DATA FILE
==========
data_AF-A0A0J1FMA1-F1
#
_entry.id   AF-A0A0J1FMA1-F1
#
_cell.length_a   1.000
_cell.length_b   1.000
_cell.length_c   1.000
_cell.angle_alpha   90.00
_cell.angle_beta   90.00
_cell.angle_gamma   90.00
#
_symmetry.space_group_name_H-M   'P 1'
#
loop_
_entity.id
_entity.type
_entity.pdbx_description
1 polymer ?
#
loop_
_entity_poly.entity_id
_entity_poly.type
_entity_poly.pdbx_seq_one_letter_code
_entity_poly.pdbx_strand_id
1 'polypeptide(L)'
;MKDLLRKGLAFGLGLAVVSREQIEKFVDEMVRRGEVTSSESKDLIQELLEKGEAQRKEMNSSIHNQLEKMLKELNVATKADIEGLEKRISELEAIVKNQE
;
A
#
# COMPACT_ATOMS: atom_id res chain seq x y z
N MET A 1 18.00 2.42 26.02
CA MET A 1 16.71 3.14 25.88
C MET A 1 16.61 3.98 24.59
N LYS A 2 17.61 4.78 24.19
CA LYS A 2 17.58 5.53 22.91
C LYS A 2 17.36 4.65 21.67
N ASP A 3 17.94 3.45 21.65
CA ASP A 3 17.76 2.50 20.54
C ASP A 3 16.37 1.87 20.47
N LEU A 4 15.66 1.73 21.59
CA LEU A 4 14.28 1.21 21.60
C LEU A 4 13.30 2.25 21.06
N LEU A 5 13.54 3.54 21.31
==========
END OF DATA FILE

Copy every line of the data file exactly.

data_AF-A0A0J1FMA1-F1
#
_entry.id   AF-A0A0J1FMA1-F1
#
_cell.length_a   1.000
_cell.length_b   1.000
_cell.length_c   1.000
_cell.angle_alpha   90.00
_cell.angle_beta   90.00
_cell.angle_gamma   90.00
#
_symmetry.space_group_name_H-M   'P 1'
#
loop_
_entity.id
_entity.type
_entity.pdbx_description
1 polymer ?
#
loop_
_entity_poly.entity_id
_entity_poly.type
_entity_poly.pdbx_seq_one_letter_code
_entity_poly.pdbx_strand_id
1 'polypeptide(L)'
;MKDLLRKGLAFGLGLAVVSREQIEKFVDEMVRRGEVTSSESKDLIQELLEKGEAQRKEMNSSIHNQLEKMLKELNVATKADIEGLEKRISELEAIVKNQE
;
A
#
# COMPACT_ATOMS: atom_id res chain seq x y z
N MET A 1 18.00 2.42 26.02
CA MET A 1 16.71 3.14 25.88
C MET A 1 16.61 3.98 24.59
N LYS A 2 17.61 4.78 24.19
CA LYS A 2 17.58 5.53 22.91
C LYS A 2 17.36 4.65 21.67
N ASP A 3 17.94 3.45 21.65
CA ASP A 3 17.76 2.50 20.54
C ASP A 3 16.37 1.87 20.47
N LEU A 4 15.66 1.73 21.59
CA LEU A 4 14.28 1.21 21.60
C LEU A 4 13.30 2.25 21.06
N LEU A 5 13.54 3.54 21.31